Recite Psalm 50:23:

He who sacrifices thank offerings honors me, and he prepares the way that I may show him the salvation of God.

The Common English Version says it like this:

The sacrifice that honors me is a thankful heart. Obey me and I, your God, will show my power to save.

 What do you learn about thanksgiving in these verses?

Thanksgiving is a sacrifice.

What does it mean to sacrifice something? What does it take to make a sacrifice?

Sacrifice is the destruction or surrender of something for the sake of something else; something given up or lost (Merriam-Webster’s Collegiate Dictionary, 11th Ed.).

Remember the one leper who returned to thank Jesus for His healing? What did he sacrifice?

The leper’s thanksgiving took time and energy. It took him surrendering his own plan. He was a Samaritan who just experienced healing from a Jew. He let go of his own prejudice and cultural tradition to give thanks.

The sacrifice of thanksgiving takes time, energy, and humility. It drives us to surrender those things we hold dear. The leper was willing to make the sacrifice and he received something in return.

Read Luke 17:19

What was Jesus’ response to the leper?

Jesus responded to the leper, “Rise and go; your faith has made you well.” The word for well in this sentence means whole or complete.

Look at our memory verse once more.

He who sacrifices thank offerings honors me, and he prepares the way so that I may show him the salvation of God. —Psalm 50:23

Thanksgiving prepares the way for salvation.

When Jesus gave thanks for the breaking of His body… the shedding of blood it prepared the way for salvation for the entire world. Our faith is made complete through the sacrifice of thanksgiving and it gives us holy perspective.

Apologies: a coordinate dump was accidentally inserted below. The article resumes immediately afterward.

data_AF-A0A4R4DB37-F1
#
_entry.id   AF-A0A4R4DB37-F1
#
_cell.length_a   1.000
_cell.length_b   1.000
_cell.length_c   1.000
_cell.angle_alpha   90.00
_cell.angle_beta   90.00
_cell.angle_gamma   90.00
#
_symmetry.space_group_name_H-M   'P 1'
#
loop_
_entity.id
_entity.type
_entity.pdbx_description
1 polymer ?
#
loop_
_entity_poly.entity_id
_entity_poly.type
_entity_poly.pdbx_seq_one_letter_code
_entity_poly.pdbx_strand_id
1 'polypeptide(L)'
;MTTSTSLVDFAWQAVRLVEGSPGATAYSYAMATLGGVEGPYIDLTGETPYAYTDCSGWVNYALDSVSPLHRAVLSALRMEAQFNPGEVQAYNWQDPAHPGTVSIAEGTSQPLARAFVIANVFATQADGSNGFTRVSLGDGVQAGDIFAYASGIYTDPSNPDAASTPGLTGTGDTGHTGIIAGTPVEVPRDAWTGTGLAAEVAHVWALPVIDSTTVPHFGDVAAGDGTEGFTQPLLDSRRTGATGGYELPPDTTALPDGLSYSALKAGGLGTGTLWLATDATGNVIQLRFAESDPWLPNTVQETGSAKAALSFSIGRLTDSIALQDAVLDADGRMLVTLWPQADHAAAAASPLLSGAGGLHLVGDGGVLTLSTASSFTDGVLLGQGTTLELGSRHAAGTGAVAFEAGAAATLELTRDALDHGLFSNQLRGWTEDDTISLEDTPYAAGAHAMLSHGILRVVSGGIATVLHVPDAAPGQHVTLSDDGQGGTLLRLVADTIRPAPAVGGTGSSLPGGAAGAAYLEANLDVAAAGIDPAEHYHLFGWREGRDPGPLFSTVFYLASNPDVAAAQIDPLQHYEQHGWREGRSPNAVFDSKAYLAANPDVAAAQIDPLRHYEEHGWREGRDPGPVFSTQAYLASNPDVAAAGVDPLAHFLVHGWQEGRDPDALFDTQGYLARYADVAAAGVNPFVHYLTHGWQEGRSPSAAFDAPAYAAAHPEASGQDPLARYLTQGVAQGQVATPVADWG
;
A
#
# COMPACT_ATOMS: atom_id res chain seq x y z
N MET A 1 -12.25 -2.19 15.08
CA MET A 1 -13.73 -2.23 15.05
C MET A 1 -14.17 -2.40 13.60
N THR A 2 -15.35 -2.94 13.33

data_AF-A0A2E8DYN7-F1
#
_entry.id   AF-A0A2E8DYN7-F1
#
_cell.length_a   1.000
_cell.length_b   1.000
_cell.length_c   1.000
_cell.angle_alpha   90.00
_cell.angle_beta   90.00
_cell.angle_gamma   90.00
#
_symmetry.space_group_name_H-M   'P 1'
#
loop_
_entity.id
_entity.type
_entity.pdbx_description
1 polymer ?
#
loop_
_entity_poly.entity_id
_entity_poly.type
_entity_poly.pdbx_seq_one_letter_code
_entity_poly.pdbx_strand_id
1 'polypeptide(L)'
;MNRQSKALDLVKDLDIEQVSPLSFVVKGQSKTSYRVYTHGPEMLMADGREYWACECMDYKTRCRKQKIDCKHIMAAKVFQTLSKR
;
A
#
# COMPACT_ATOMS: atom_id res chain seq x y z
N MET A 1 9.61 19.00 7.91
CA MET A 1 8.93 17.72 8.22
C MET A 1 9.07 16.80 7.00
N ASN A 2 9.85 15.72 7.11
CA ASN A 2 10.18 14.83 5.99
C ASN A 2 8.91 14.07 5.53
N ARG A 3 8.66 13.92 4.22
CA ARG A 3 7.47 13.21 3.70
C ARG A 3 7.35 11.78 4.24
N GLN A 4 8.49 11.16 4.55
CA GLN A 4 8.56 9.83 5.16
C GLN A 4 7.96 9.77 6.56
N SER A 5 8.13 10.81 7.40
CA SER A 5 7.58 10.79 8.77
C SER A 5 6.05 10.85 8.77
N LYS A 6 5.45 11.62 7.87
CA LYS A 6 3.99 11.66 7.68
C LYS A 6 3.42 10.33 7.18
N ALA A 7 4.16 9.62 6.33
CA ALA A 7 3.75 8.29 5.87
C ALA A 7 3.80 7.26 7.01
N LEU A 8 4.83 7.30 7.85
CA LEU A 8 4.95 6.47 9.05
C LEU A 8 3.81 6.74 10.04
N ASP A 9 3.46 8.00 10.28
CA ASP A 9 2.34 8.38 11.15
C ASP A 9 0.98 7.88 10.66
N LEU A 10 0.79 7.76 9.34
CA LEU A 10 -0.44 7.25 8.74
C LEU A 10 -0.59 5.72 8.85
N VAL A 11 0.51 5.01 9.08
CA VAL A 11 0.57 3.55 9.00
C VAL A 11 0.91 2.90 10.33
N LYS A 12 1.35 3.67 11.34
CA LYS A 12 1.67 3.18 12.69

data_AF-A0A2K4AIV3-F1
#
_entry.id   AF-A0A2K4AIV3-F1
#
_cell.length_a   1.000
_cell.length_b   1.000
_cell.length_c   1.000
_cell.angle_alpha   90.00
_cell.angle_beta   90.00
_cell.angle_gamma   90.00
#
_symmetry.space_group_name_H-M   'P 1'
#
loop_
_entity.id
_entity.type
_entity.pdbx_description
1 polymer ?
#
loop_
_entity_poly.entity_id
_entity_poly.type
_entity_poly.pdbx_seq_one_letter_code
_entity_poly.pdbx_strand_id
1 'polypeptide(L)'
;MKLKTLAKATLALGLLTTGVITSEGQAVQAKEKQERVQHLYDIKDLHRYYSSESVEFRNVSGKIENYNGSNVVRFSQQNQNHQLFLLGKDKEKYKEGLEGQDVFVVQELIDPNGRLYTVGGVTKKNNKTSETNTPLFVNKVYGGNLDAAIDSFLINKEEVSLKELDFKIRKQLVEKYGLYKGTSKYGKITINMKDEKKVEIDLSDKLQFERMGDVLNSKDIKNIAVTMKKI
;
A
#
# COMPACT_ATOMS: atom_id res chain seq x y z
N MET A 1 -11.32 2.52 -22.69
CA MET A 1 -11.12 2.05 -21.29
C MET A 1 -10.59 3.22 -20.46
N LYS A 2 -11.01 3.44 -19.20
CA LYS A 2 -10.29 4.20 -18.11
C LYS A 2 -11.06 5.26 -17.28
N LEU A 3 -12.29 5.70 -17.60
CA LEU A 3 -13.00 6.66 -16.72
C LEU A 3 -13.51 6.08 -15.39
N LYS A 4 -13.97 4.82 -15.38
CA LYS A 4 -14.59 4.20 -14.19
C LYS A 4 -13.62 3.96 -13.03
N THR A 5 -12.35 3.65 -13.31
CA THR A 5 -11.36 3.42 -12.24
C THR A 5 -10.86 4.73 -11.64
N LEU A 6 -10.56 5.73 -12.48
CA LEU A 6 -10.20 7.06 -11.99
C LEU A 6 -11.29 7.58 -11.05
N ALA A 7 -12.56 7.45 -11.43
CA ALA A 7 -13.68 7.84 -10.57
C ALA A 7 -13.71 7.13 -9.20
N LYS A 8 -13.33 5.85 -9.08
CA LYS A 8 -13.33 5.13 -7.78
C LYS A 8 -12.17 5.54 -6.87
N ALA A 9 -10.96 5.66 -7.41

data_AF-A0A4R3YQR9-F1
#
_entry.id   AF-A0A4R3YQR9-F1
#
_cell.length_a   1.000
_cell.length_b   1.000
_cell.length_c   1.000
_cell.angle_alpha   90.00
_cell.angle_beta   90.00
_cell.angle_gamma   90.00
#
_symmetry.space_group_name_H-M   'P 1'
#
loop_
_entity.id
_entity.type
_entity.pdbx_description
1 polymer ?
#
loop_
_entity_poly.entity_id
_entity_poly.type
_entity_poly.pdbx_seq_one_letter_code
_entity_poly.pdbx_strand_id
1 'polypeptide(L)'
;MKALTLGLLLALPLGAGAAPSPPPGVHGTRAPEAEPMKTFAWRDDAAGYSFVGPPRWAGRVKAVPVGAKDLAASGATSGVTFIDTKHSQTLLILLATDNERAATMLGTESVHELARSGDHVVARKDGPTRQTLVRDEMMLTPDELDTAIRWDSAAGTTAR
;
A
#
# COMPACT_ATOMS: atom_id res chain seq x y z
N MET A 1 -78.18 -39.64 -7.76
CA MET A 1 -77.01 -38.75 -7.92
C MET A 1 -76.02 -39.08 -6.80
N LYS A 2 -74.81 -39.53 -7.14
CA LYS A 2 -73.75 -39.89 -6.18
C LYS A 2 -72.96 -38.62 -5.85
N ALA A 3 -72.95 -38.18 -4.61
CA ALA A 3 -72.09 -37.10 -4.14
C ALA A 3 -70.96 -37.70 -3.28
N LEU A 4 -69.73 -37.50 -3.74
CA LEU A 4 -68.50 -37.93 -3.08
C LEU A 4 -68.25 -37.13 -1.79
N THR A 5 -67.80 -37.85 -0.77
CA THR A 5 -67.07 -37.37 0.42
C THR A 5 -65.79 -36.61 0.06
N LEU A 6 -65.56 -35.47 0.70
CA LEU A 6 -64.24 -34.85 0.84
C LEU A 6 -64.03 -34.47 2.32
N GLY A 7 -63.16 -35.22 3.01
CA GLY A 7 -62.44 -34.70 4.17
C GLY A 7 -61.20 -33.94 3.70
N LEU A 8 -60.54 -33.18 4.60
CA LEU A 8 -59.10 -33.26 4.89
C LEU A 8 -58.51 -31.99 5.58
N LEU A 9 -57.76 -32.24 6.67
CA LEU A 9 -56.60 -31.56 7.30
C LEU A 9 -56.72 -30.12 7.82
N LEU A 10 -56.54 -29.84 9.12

Stacy says:

I work with a dear friend, once my math teacher, who often calls me “Pollyanna.” She thinks I have this optimistic attitude about life. I’ve often thought about it. Is this just some accidental genetic code… some result of good parenting?

Good parenting… Yes. Genetic make-up… No. I am reluctant to call it optimism. I wasn’t born this way, none of us are. Gratitude is a choice, and at times the hardest one.

It is much easier to look at what’s lacking in my life. Easier to groan and moan about the “not enough” I see. When I find myself in this place, I choose to give thanks. It changes my focus, redirects my thoughts. Thanksgiving reminds me of how much God can do with my “not enough.”

Take an honest look at your thought life for a moment. On a scale from 1 to 10, where would you place yourself

1      2      3      4      5      6      7      8      9      10

Optimist                                                     Pessimist

Is it possible offering thanksgiving might move you toward the optimistic end of the scale? Why?

Stacy says:

My friend’s nickname for me, Polyanna, is always used in an admiring way, but there are times others have viewed my outlook as unrealistic. “Look at the facts, Stacy. You’re not living in the real world!”

I want to respond. “I know the facts. I see the world’s reality. But the sacrifice of thanksgiving I make to God each day shows me another way. The circumstance may not change because I give thanks, but my heart does.

The “real” world teaches us to deal in the known facts. Predictions are made every day based on what the world says. When we take the world at face value… it’s a pretty gloomy outlook.

Consider the disciples’ response to Jesus when He tells them to feed the thousands.

Read John 6:5-9

What does the disciples’ response reveal about their focus?

They only saw how little they had to face the problem.

Let’s look at Martha’s response when Jesus tells them to take away the stone from her brother’s tomb.

Read John 11:39

The disciples could only see a small amount of food in the face of feeding thousands, and Martha’s thoughts drove her to think only of death’s stench when Jesus ordered the tomb opened.